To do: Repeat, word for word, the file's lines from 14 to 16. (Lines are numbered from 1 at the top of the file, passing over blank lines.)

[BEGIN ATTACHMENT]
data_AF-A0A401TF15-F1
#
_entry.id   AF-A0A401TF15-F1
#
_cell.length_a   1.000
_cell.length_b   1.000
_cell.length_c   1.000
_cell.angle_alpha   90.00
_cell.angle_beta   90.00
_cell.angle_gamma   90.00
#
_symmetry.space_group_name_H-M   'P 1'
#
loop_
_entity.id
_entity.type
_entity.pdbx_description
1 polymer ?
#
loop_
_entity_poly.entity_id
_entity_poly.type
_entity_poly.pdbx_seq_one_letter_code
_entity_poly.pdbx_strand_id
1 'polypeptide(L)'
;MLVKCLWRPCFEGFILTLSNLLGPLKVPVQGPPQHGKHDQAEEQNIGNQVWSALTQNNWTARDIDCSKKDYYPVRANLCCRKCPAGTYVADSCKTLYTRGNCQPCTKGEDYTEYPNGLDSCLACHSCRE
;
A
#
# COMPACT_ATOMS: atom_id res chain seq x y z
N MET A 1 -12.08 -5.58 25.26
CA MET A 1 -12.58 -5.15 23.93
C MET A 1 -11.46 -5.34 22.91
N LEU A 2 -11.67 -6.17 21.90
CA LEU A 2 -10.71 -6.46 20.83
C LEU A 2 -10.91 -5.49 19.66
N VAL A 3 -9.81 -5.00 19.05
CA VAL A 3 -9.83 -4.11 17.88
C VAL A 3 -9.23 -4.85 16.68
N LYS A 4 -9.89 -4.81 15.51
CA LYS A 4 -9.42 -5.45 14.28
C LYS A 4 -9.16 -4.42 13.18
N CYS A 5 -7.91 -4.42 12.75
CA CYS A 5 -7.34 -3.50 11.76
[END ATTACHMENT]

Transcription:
loop_
_entity.id
_entity.type